Bikinians prefer Bikini to resettle

Senator Kessai Note talks about Kili as Interior Assistant Secretary Esther Kia’aina and KBE Mayor Anderson Jibas listen. US Ambassador Karen Stewart is at the back. Photo: Isaac Marty.
Senator Kessai Note talks about Kili as Interior Assistant Secretary Esther Kia’aina and KBE Mayor Anderson Jibas listen. US Ambassador Karen Stewart is at the back. Photo: Isaac Marty.


Several hundred Bikinians on Kili and Ejit islands met with the Interior Department’s Insular Affairs Assistant Secretary Esther Kia’aina last week Wednesday and Thursday to discuss resettlement options outside the RMI as well as a nuclear clean up of Bikini. These concerns were brought up last year by the Kili/Bikini/Ejit (KBE) council, and recently have been the subject of US Senate legislation.

Kia’aina was accompanied to Kili by new US Ambassador Karen Stewart, and other US government officials, who went with KBE Mayor Anderson Jibas, KBE Senator Eldon Note and former President/Senator Kessai Note on a specially chartered AMI flight.

Upon arrival on Kili, the delegation was welcomed with a police honor guard and flower leis. The group then toured around the island that has been home to the Bikinians since 1948.

They joined council members and other leaders at the council chamber for a briefing. Kia’aina explained that the two resolutions brought up by KBE Coiuncil were for “lifting the restriction” on resettlement funds so they can be used outside of the RMI and a full clean up of Bikini Atoll. Kia’aina said she was here to listen to the people, especially on the plan of resettling outside the RMI. The Bikini local government needs to provide a detailed report to Interior’s Office of Insular Affairs, which Kia’aina oversees, so they can bring it to Congress regarding a resettlement to the US. “You need to formulate a strategy,” she said. OIA can only help with that which is within its authority.
Questions brought up by the council were mainly requests for more money. Kia’aina and Stewart assured the council that this is not a good time to ask for money from the US government. Asking for more money, whether for resettling or cleaning Bikini, would require approval from Congress. The meeting took about an hour before breaking to lunch.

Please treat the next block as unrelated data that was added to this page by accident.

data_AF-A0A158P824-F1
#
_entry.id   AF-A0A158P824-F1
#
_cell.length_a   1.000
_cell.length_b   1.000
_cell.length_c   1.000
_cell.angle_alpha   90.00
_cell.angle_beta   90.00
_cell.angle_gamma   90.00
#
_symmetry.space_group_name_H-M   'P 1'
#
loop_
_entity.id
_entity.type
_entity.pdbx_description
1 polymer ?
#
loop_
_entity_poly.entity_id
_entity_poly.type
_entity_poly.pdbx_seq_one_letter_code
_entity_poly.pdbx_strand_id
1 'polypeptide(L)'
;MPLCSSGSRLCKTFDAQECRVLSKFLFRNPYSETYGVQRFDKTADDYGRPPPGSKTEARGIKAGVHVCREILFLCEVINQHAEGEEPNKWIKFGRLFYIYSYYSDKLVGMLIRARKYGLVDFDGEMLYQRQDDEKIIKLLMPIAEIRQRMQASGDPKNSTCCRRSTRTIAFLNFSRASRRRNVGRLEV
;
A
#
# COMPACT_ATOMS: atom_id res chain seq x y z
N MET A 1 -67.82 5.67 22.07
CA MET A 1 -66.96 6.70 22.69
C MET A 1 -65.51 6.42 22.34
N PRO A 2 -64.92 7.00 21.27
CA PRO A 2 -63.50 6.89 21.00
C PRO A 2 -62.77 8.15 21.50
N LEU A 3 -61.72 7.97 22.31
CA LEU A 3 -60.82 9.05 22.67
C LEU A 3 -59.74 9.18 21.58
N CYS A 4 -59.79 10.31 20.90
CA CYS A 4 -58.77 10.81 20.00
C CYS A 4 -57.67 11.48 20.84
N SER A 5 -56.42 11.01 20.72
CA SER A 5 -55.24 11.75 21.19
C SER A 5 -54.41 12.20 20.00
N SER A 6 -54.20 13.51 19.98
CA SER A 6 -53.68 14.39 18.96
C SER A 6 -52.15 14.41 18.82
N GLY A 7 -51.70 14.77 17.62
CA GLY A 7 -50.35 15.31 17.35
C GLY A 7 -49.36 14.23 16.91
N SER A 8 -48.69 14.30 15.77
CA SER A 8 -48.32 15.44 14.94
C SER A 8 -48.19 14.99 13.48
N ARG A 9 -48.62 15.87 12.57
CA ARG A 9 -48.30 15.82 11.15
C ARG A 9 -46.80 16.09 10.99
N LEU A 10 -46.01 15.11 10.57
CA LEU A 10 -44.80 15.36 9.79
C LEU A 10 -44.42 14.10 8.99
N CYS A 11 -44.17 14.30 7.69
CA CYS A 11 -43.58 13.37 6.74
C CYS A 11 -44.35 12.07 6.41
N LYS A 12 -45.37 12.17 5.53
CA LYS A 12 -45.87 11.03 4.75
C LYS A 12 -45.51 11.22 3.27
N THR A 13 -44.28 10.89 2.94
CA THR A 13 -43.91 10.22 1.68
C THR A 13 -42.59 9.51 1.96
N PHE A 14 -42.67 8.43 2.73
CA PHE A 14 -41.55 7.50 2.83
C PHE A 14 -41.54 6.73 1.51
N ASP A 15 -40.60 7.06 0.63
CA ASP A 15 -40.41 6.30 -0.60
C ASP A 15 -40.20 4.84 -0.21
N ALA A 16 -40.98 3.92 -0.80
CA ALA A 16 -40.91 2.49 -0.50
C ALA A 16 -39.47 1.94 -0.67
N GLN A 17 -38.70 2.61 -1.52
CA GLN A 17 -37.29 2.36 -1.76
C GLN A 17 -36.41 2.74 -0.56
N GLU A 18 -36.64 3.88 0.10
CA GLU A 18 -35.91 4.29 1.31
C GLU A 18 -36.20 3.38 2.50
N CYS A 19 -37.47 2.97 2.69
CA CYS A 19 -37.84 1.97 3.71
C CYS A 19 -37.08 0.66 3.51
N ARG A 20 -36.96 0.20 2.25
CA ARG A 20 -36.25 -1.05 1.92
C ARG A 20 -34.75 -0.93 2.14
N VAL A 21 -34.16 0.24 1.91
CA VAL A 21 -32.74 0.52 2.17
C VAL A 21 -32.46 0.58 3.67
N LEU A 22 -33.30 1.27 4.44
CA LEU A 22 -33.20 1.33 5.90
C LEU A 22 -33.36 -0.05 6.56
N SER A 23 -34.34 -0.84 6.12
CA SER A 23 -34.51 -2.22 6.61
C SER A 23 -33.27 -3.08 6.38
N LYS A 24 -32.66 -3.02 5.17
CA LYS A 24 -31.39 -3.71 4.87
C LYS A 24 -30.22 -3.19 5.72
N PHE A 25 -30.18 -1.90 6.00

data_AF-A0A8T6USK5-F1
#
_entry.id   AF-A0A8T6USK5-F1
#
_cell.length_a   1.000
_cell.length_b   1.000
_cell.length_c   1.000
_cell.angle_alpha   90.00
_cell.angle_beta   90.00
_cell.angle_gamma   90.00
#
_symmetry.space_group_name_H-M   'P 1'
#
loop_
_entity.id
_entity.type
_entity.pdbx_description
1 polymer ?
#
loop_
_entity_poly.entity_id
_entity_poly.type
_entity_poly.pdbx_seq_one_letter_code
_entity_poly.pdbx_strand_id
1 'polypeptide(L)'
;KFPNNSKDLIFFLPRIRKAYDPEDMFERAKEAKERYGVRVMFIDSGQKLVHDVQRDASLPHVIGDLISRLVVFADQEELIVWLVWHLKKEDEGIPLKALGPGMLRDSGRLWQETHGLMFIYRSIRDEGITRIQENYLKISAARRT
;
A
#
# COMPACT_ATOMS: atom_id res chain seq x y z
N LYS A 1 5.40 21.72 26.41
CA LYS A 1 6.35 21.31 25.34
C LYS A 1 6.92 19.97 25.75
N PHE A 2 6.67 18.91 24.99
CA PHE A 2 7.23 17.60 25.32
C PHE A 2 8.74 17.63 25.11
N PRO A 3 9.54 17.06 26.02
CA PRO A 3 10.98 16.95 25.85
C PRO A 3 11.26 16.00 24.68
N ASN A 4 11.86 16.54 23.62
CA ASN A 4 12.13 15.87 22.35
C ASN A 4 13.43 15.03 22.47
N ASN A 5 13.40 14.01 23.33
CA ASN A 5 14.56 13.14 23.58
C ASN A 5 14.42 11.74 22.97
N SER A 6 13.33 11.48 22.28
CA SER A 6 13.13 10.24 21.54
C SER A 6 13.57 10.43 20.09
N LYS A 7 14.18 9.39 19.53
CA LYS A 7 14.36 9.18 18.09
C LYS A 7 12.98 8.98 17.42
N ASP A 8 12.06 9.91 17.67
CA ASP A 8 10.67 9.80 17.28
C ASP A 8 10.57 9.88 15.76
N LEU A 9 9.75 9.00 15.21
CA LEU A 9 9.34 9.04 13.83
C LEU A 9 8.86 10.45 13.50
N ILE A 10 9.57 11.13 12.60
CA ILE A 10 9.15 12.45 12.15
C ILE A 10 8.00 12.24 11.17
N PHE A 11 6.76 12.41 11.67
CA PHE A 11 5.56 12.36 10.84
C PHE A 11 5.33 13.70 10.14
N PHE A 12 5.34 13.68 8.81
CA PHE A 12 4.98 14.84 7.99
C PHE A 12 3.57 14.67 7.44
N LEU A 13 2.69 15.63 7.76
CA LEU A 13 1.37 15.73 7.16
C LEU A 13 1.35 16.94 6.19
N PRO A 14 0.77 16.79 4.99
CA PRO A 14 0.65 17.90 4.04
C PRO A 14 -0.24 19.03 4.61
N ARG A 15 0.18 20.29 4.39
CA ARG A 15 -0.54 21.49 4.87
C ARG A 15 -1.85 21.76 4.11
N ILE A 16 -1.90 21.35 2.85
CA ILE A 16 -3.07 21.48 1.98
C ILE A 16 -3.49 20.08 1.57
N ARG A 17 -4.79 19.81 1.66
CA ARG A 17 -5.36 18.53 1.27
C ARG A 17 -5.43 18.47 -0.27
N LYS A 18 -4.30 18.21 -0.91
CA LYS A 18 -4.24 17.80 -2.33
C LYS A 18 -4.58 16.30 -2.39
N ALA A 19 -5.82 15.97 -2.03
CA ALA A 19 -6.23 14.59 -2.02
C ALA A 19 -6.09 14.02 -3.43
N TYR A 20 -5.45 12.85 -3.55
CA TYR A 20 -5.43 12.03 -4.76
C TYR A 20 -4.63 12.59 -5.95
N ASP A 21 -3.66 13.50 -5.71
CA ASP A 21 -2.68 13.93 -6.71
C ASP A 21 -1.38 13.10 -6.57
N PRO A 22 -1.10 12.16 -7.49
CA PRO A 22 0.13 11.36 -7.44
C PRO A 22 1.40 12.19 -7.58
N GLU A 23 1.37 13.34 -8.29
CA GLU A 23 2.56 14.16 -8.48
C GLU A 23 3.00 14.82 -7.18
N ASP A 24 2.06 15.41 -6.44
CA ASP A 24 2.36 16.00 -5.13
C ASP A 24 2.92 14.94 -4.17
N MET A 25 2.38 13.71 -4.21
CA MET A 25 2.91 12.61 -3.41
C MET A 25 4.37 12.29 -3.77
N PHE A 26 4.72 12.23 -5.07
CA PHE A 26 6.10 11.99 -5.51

After lunch, the visiting group met with a couple hundred members of the Kili community. Kia’aina described herself as a “daughter of the Pacific,” a Hawaiian raised on Guam. Her first visit to Bikini was around 20 years ago. One time she walked alone on Bikini and said she “felt the pain” that the island and its people had suffered. After college, she’s been in Washington, DC for about 30 years fighting for Hawaiians, people from US territories and the Freely Associated States, and is willing to help Bikinians. In the legislation for the Bikini resettlement fund now with the US Congress, she fought for language to include eligibility of Bikinians in health programs in the US “because they deserve better.”
A survey was carried out among Kili residents and most answers included requests for more money for the purposes of health, education, transportation, agriculture (food), and climate mitigation and response.

To the question, “Where would you go to resettle?” Bikini was the common answer for many people, especially the elderly. A few said Hawaii, California, Washington, and New York. Kia’aina said if people want to resettle it must be for all Bikinians. She said she was “stunned” by the responses that many people wanted to go back to Bikini.

A councilman commented that priorities differ with different Bikini people since they are living in different places, such as Kili, Ejit, Majuro, and off island. To come to a conclusion a meeting for all Bikinians must be held so that the people can make a final decision. The resettlement fund is limited and it is wise to carefully decide.

“We are homeless, strangers, and continue to suffer from what the US has done to us,” said 67 year-old Toshiro Lang. “Give us billions of dollars so that we can help ourselves. There were over 100 survivors who were taken from Bikini before the tests. Now there are only seven of us living and yet we have not seen the benefits the US had promised us.”

“Give us a nice place to stay where we can not have any problems such as those we face today. Anywhere in the United States is fine, so long it does not have problems,” one woman kindly request from among the crowd.

Senator Kessai Note thanked the visiting delegation for coming to Kili and witness their situation even for a moment. He said he had been working with the Bikinians, he being one, for over 40 years. He used to work closely with the forefathers and uncles in the past, and is now working with brothers, cousins, and nephews.

The initial relocation to Kili had temporary housing that lasted beyond their expiry date and the date of the next aid relief did not come, he said. “We’ve waited for a long time,” he said. Over time, people migrated to the US on their own. Families on the island are but half of the population that were here previously. “Every time I visit the island, there are even fewer people,” he pointed out.

The resettlement idea started about three years ago, and it was brought up because of climate change and the potential threat that Kili, Bikini, and Ejit would be gone in the near future. “There’s not yet a definite answer,” Note said regarding a resettlement. “Thanks to Esther and her delegation for visiting us.”

Read more about this in the August 12, 2016 edition of the Marshall Islands Journal.